Nancy Ellen Abrams had a wonderful career, and a stimulating intellectual life with her husband who was a cosmologist studying the great mysteries of why galaxies exist.
But Abrams had an eating disorder. She found it almost impossible to curb her over-eating. She tried endless diets, and then went into a spiral of self-criticism for failing.
Then one day she heard about a program with a spiritual component that helped participants curb their desire to over-eat. As with most 12-step programs, it required participants to acknowledge a higher power, and to turn their problem over to that power. This was a challenge for Abrams, for she had been an avowed atheist since childhood. Still, she decided to try this method, since everything else had failed her.
In a wide-ranging interview on CBC’s Tapestry, Abrams discussed her experience and the resulting book, A God That Could Be Real: Spirituality, Science, and the Future of Our Planet. Speaking with radio host Mary Hynes, she shared how the decision to join that program changed her life.
Abrams admits that at first she was just playing along with the requirement to acknowledge a higher power. She explained that the group she was in did not define the “higher power,” but that each participant was expected to find their own definition. After a while, she began to consider what a higher power would be like.
She explained how she imagined that power as loving; but she also needed a tough love image because, like many addicts, she made excuses for her behaviour. “That is denialism. I understand those who live in denial. I have been there.” For the first time since the problem with food had begun, Abrams found she had to be honest, and that was a tremendous step for her.
Because the program required it, Abrams began to pray every morning. To her surprise, she found herself changing – becoming more confident, less critical and more compassionate to those who were in struggles of their own.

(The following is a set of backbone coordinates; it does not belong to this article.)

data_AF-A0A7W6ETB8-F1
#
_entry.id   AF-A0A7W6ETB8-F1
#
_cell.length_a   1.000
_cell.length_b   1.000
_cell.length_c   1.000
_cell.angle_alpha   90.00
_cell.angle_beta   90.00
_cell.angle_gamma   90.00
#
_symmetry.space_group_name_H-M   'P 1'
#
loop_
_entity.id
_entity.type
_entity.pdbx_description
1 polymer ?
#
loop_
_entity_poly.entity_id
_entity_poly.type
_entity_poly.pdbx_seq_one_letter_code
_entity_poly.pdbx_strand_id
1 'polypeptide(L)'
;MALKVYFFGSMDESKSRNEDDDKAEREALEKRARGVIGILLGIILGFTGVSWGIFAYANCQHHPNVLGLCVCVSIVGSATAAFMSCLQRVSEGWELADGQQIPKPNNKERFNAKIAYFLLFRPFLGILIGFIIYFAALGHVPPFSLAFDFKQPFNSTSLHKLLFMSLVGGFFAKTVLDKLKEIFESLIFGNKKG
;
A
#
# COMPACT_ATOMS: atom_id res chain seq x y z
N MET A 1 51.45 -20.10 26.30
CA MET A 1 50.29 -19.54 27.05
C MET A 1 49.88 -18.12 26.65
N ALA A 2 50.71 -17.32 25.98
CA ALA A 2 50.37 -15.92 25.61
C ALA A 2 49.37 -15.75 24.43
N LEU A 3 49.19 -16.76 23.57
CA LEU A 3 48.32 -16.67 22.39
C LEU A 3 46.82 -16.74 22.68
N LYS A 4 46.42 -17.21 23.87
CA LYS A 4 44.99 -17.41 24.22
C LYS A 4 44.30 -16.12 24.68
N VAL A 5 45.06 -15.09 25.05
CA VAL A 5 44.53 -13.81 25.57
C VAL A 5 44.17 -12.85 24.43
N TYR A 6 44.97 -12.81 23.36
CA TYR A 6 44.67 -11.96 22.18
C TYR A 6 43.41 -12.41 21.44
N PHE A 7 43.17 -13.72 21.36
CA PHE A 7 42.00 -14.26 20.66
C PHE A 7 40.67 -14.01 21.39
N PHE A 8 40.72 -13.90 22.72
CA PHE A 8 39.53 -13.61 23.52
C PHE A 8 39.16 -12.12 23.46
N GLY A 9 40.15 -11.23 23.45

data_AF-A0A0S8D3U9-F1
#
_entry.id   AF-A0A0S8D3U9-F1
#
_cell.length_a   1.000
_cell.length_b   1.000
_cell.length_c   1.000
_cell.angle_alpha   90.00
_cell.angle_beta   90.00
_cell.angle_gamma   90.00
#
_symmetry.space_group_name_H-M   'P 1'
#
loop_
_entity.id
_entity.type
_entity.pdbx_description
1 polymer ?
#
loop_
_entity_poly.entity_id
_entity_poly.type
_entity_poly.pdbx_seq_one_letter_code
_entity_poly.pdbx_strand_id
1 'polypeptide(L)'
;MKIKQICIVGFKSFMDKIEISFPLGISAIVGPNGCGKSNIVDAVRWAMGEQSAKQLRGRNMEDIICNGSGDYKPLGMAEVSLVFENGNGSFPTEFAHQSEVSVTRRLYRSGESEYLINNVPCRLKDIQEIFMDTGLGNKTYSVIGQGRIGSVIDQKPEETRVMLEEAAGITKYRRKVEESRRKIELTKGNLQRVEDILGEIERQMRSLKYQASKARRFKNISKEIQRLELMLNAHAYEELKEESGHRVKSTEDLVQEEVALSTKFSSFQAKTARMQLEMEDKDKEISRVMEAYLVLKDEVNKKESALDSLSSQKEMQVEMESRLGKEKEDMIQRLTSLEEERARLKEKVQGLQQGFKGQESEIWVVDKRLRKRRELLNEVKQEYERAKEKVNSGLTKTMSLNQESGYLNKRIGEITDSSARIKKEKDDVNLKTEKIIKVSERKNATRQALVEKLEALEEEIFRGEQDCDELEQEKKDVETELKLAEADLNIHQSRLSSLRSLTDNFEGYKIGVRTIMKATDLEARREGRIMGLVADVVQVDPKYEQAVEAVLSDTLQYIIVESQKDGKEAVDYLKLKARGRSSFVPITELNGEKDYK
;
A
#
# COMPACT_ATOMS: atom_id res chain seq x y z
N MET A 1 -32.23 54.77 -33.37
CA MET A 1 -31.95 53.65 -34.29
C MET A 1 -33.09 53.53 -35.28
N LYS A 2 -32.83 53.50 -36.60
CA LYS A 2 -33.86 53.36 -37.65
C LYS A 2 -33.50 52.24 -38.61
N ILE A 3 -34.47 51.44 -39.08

Then one day she experienced a moment of transformation.
Abrams was attending a conference that ended with a very luxurious banquet. As she walked into the room she felt the familiar, magnetic pull to the food table, and her anxiety began to rise.
“Suddenly out of the blue it occurred to me, now is the time to pray – not just in the morning, I need to pray when I need the help.” And, she did. “At that moment all the desire for the food just went away…. I walked away from the table like a boat gliding through calm water…. It was a spiritual experience…. For me, not eating attractive food was always a challenge. This time it wasn’t an effort – it wasn’t even an option. I have never had this feeling before. This was a turning point. I realized that this was a way to recover. This didn’t need to be a battle for the rest of my life. If I stuck with this idea of a higher power, the compulsion would go away – and it has.”
As I listened to Abrams share this experience, I thought that this was what it felt like for people in the Bible who turned to God in prayer, and experienced complete and permanent healing. Or, what people experienced when Jesus prayed for them and they were immediately healed. Many people since then have had that same experience, including me.
In her book, Abrams writes about her continued search for a meaningful God within the context of her scientific and atheist background. What touches me about her search and struggle for answers is that she didn’t just take the healing, write it off as a “miracle” or unexplainable event, and just carry on with her life as it was before. She allowed it to launch her on a journey to try and understand what brought about the freedom from an addiction she had struggled with for so long.
In this respect, it seems really important to think about one of the topics she explored; namely, the role that prayer – communion with God – plays in healing.
– Is God a product of the collective human mind experience – akin to the cutting-edge science of emergence as Abrams feels is the case?
– Or, is the divine a consciousness quite separate from the human mind?
What has helped me with these age-old questions and the conclusions that Abrams poses has been a study, not just of Jesus’s teachings, but also of his healing record, based on his understanding of God as divine, all-powerful Love. He healed many diseases, such as leprosy, that humanity collectively feared at the time. The Bible says “perfect love casts out fear,” and Jesus made it clear that he saw that love as divine. He often told those he healed not to be afraid.
Abrams feared food, as do many today. And no amount of trying to think her way free of it with her human mind worked. She turned to a sense of divine Love, and became conscious of it in a way that radically changed her thinking – and her experience. The healing, then, came from that higher power, or consciousness, that is more powerful than either a disease, an addiction, or the fear of it.
The physical sciences offer many wonderful views as to the nature of the universe and of human existence, but they are unable to explain experiences such as the one Abrams had. For anyone who, like Abrams, yearns to find freedom from an addiction or illness, there is the opportunity to reach beyond human thinking and to explore the very nature and origin of the divine Love that brings healing.